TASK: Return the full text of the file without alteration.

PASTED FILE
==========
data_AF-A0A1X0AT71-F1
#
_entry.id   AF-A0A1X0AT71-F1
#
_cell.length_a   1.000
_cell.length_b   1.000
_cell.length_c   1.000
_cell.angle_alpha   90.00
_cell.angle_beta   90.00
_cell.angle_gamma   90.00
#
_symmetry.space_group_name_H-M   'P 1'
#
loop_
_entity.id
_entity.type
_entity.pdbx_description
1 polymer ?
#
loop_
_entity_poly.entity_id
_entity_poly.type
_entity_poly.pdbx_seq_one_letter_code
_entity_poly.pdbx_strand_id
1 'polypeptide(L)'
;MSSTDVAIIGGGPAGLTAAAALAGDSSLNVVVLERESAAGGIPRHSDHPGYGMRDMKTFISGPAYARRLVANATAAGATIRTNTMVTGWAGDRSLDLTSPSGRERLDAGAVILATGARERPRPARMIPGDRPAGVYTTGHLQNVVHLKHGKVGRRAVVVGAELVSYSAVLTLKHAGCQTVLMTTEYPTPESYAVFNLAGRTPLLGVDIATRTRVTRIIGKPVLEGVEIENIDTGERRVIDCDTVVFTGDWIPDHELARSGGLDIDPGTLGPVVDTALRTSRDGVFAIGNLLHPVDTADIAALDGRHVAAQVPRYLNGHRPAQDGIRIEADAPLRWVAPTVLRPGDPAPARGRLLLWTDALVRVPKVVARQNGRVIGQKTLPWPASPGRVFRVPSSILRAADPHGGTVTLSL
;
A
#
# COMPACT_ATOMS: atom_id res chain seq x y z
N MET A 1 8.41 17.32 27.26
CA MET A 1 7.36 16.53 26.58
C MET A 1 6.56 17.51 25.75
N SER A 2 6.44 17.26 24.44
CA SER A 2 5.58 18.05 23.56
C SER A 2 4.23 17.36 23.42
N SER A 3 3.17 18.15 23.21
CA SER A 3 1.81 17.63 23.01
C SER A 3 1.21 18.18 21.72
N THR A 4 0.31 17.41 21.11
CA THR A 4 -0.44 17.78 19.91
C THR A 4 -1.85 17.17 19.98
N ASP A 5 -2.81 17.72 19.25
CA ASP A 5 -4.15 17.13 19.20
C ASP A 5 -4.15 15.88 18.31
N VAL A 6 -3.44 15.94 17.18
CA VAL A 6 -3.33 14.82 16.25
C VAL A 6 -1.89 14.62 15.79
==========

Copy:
data_AF-A0A1X0AT71-F1
#
_entry.id   AF-A0A1X0AT71-F1
#
_cell.length_a   1.000
_cell.length_b   1.000
_cell.length_c   1.000
_cell.angle_alpha   90.00
_cell.angle_beta   90.00
_cell.angle_gamma   90.00
#
_symmetry.space_group_name_H-M   'P 1'
#
loop_
_entity.id
_entity.type
_entity.pdbx_description
1 polymer ?
#
loop_
_entity_poly.entity_id
_entity_poly.type
_entity_poly.pdbx_seq_one_letter_code
_entity_poly.pdbx_strand_id
1 'polypeptide(L)'
;MSSTDVAIIGGGPAGLTAAAALAGDSSLNVVVLERESAAGGIPRHSDHPGYGMRDMKTFISGPAYARRLVANATAAGATIRTNTMVTGWAGDRSLDLTSPSGRERLDAGAVILATGARERPRPARMIPGDRPAGVYTTGHLQNVVHLKHGKVGRRAVVVGAELVSYSAVLTLKHAGCQTVLMTTEYPTPESYAVFNLAGRTPLLGVDIATRTRVTRIIGKPVLEGVEIENIDTGERRVIDCDTVVFTGDWIPDHELARSGGLDIDPGTLGPVVDTALRTSRDGVFAIGNLLHPVDTADIAALDGRHVAAQVPRYLNGHRPAQDGIRIEADAPLRWVAPTVLRPGDPAPARGRLLLWTDALVRVPKVVARQNGRVIGQKTLPWPASPGRVFRVPSSILRAADPHGGTVTLSL
;
A
#
# COMPACT_ATOMS: atom_id res chain seq x y z
N MET A 1 8.41 17.32 27.26
CA MET A 1 7.36 16.53 26.58
C MET A 1 6.56 17.51 25.75
N SER A 2 6.44 17.26 24.44
CA SER A 2 5.58 18.05 23.56
C SER A 2 4.23 17.36 23.42
N SER A 3 3.17 18.15 23.21
CA SER A 3 1.81 17.63 23.01
C SER A 3 1.21 18.18 21.72
N THR A 4 0.31 17.41 21.11
CA THR A 4 -0.44 17.78 19.91
C THR A 4 -1.85 17.17 19.98
N ASP A 5 -2.81 17.72 19.25
CA ASP A 5 -4.15 17.13 19.20
C ASP A 5 -4.15 15.88 18.31
N VAL A 6 -3.44 15.94 17.18
CA VAL A 6 -3.33 14.82 16.25
C VAL A 6 -1.89 14.62 15.79